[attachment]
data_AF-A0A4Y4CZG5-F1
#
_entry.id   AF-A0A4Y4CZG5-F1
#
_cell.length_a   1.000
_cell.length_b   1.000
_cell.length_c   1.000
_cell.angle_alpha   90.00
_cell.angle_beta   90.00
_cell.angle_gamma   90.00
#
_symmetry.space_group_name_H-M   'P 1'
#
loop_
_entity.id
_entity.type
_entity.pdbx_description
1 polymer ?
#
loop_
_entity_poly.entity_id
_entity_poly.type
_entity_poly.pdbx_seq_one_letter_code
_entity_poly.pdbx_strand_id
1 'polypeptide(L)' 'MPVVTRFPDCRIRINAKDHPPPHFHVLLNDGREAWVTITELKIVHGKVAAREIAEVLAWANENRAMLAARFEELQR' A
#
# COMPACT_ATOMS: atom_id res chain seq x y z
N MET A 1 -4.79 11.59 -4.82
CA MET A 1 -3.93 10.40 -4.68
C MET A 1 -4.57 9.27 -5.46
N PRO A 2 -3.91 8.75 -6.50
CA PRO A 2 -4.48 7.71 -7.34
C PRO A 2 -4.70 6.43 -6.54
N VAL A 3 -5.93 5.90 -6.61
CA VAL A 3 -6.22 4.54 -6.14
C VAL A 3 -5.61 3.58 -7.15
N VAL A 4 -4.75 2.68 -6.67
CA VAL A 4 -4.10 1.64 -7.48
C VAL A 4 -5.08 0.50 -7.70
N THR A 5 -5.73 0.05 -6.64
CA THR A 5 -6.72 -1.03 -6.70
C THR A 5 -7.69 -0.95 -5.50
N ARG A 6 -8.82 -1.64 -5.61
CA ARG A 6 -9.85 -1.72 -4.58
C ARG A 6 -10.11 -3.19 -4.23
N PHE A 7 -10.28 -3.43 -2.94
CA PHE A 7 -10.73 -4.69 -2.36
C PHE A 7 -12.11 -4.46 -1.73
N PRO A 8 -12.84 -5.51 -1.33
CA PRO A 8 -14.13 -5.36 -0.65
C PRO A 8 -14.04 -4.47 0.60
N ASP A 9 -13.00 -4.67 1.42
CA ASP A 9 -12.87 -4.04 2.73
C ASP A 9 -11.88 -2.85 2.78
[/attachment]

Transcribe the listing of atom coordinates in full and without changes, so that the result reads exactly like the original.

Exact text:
data_AF-A0A4Y4CZG5-F1
#
_entry.id   AF-A0A4Y4CZG5-F1
#
_cell.length_a   1.000
_cell.length_b   1.000
_cell.length_c   1.000
_cell.angle_alpha   90.00
_cell.angle_beta   90.00
_cell.angle_gamma   90.00
#
_symmetry.space_group_name_H-M   'P 1'
#
loop_
_entity.id
_entity.type
_entity.pdbx_description
1 polymer ?
#
loop_
_entity_poly.entity_id
_entity_poly.type
_entity_poly.pdbx_seq_one_letter_code
_entity_poly.pdbx_strand_id
1 'polypeptide(L)' 'MPVVTRFPDCRIRINAKDHPPPHFHVLLNDGREAWVTITELKIVHGKVAAREIAEVLAWANENRAMLAARFEELQR' A
#
# COMPACT_ATOMS: atom_id res chain seq x y z
N MET A 1 -4.79 11.59 -4.82
CA MET A 1 -3.93 10.40 -4.68
C MET A 1 -4.57 9.27 -5.46
N PRO A 2 -3.91 8.75 -6.50
CA PRO A 2 -4.48 7.71 -7.34
C PRO A 2 -4.70 6.43 -6.54
N VAL A 3 -5.93 5.90 -6.61
CA VAL A 3 -6.22 4.54 -6.14
C VAL A 3 -5.61 3.58 -7.15
N VAL A 4 -4.75 2.68 -6.67
CA VAL A 4 -4.10 1.64 -7.48
C VAL A 4 -5.08 0.50 -7.70
N THR A 5 -5.73 0.05 -6.64
CA THR A 5 -6.72 -1.03 -6.70
C THR A 5 -7.69 -0.95 -5.50
N ARG A 6 -8.82 -1.64 -5.61
CA ARG A 6 -9.85 -1.72 -4.58
C ARG A 6 -10.11 -3.19 -4.23
N PHE A 7 -10.28 -3.43 -2.94
CA PHE A 7 -10.73 -4.69 -2.36
C PHE A 7 -12.11 -4.46 -1.73
N PRO A 8 -12.84 -5.51 -1.33
CA PRO A 8 -14.13 -5.36 -0.65
C PRO A 8 -14.04 -4.47 0.60
N ASP A 9 -13.00 -4.67 1.42
CA ASP A 9 -12.87 -4.04 2.73
C ASP A 9 -11.88 -2.85 2.78